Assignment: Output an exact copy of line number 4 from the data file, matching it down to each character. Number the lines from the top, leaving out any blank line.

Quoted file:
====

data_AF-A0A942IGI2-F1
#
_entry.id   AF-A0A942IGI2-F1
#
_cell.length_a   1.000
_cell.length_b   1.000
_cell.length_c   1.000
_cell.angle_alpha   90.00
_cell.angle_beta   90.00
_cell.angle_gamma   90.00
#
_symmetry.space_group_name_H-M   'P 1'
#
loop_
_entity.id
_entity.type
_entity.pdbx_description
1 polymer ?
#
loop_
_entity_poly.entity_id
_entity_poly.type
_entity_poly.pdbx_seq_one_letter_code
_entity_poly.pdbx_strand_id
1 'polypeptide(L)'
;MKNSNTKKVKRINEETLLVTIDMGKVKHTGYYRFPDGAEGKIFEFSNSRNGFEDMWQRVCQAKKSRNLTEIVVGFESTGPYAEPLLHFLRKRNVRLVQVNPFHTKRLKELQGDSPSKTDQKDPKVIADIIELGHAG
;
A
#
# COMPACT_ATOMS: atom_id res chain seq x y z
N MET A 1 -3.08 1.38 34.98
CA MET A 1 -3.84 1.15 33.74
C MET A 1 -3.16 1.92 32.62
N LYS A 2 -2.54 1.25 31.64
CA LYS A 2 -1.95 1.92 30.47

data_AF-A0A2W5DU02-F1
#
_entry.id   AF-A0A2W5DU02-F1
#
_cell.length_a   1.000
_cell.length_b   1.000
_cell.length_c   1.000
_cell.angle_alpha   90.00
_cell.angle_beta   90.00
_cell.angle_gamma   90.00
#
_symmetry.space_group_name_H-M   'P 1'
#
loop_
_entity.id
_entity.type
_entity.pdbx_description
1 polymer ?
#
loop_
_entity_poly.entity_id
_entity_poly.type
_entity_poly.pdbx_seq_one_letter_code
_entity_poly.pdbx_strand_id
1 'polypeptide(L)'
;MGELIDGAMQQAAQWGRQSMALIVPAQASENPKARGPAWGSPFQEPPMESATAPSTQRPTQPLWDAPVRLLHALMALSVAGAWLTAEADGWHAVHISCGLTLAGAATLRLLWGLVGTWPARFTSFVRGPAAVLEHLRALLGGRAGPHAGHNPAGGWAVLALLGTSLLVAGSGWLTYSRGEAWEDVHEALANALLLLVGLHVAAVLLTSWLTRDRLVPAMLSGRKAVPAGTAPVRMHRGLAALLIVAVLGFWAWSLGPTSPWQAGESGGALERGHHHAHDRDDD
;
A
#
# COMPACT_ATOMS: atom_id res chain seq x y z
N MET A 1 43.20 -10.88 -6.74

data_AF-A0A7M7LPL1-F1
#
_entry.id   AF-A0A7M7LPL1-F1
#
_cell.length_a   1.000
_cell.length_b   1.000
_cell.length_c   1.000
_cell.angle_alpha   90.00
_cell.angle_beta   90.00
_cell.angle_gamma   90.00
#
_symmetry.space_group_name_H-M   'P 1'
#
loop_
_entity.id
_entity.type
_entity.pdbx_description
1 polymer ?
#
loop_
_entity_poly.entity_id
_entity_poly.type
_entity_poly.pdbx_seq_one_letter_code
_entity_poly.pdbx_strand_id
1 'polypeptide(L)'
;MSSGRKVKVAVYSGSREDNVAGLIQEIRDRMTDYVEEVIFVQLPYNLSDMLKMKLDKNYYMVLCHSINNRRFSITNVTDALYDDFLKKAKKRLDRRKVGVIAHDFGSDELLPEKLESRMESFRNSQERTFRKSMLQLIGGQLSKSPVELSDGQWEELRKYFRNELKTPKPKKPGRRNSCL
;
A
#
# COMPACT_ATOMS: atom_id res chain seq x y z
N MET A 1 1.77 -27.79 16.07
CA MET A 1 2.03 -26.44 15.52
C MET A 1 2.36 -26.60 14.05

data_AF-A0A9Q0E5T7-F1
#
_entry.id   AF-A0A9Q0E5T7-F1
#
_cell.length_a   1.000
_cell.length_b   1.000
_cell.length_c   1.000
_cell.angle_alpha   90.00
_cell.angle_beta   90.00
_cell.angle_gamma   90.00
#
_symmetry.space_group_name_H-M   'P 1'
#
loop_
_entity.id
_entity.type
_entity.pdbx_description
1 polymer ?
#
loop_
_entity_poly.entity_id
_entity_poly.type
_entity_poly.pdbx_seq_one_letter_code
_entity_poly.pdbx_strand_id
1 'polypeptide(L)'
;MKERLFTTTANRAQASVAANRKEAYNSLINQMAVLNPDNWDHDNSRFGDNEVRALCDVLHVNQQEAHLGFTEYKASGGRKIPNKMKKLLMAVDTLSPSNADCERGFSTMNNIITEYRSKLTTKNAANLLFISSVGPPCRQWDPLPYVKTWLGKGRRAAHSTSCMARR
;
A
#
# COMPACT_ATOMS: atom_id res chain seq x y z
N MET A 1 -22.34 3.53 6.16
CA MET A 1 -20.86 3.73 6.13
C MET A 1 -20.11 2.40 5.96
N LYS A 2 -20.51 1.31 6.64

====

#